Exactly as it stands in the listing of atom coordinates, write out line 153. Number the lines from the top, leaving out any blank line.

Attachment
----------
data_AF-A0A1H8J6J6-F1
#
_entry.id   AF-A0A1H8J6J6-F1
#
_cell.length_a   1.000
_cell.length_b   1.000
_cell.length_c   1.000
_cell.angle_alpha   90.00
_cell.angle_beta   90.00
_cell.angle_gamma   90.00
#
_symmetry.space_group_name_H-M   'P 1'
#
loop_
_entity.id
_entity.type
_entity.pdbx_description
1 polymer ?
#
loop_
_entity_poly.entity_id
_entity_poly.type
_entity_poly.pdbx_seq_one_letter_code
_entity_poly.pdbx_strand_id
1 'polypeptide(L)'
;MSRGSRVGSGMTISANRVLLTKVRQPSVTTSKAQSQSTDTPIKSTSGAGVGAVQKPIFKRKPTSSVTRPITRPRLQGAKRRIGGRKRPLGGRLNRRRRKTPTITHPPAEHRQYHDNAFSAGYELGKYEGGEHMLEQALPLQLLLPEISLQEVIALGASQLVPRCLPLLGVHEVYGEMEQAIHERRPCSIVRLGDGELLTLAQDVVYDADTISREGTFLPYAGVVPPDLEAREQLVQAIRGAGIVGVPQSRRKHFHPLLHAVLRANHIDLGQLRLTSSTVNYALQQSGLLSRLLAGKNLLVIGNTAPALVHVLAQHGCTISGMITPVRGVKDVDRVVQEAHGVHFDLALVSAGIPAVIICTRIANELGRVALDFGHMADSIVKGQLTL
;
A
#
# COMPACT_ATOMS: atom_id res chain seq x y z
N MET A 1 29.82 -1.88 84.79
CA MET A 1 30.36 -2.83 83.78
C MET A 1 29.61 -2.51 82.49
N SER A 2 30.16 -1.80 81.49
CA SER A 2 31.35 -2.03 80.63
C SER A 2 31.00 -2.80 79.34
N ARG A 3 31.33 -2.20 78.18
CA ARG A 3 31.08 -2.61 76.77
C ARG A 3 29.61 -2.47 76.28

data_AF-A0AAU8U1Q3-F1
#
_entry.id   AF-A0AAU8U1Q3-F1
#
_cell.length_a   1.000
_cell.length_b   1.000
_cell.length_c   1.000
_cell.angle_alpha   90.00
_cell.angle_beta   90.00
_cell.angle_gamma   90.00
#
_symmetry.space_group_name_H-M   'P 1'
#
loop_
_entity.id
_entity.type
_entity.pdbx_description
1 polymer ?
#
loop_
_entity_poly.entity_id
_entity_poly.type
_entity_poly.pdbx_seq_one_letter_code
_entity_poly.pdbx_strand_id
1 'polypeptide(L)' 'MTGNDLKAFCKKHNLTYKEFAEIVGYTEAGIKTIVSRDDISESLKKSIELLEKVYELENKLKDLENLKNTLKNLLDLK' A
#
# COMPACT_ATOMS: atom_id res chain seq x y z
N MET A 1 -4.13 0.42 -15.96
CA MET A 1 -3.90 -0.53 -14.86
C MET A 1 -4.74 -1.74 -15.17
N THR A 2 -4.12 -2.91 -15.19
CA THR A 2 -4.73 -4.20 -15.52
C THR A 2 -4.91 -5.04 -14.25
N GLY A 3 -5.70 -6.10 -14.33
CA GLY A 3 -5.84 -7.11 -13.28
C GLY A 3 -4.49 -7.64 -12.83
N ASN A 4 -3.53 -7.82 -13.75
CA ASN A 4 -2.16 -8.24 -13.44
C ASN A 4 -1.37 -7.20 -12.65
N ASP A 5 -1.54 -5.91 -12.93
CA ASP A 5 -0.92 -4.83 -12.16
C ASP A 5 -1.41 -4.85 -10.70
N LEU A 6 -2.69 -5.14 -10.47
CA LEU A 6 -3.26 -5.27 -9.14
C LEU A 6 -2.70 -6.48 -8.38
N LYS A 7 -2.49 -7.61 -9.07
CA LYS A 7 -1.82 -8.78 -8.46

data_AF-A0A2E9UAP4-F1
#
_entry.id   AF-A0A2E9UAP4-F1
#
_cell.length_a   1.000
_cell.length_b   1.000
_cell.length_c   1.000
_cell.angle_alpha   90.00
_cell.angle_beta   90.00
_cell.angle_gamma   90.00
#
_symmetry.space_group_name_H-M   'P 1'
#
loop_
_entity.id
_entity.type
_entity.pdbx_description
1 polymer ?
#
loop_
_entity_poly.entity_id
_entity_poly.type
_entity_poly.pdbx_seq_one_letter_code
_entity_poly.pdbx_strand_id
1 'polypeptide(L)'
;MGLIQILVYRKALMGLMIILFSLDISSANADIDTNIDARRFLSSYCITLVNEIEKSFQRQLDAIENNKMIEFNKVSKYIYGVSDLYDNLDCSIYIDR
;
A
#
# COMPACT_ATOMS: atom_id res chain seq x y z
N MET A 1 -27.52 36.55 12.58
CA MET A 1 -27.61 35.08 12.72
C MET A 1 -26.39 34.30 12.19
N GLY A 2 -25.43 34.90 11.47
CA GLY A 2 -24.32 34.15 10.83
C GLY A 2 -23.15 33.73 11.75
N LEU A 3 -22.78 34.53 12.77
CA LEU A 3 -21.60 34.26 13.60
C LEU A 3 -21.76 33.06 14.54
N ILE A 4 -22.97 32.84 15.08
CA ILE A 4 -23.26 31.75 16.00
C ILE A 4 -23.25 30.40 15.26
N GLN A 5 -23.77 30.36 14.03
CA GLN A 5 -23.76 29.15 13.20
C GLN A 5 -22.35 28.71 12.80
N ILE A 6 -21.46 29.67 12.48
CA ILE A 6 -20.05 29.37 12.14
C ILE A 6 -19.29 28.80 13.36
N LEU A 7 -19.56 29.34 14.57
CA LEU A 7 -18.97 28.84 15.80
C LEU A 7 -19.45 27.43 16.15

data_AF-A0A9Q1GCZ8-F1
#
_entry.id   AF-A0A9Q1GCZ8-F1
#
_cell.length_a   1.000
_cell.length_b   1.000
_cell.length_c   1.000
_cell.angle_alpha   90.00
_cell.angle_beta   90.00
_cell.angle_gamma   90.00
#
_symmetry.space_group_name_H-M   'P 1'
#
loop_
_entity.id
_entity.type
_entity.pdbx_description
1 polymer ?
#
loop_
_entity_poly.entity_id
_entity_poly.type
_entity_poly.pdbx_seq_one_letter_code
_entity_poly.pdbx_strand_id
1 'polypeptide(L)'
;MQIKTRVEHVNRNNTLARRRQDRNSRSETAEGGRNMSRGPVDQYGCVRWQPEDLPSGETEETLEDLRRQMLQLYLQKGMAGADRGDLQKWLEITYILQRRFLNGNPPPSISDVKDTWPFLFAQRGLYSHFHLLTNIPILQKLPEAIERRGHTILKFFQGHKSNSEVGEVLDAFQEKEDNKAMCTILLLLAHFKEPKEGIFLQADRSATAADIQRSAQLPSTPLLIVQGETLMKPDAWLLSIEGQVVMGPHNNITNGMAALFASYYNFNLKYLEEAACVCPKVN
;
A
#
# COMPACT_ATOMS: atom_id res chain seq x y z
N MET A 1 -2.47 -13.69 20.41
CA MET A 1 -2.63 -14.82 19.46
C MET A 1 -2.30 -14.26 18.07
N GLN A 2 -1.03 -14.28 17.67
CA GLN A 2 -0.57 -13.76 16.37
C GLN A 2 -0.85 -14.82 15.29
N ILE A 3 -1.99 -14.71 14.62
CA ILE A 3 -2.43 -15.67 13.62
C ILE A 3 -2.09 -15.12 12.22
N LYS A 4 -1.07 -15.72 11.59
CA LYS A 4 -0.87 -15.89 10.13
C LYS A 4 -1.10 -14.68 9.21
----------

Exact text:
_entity.type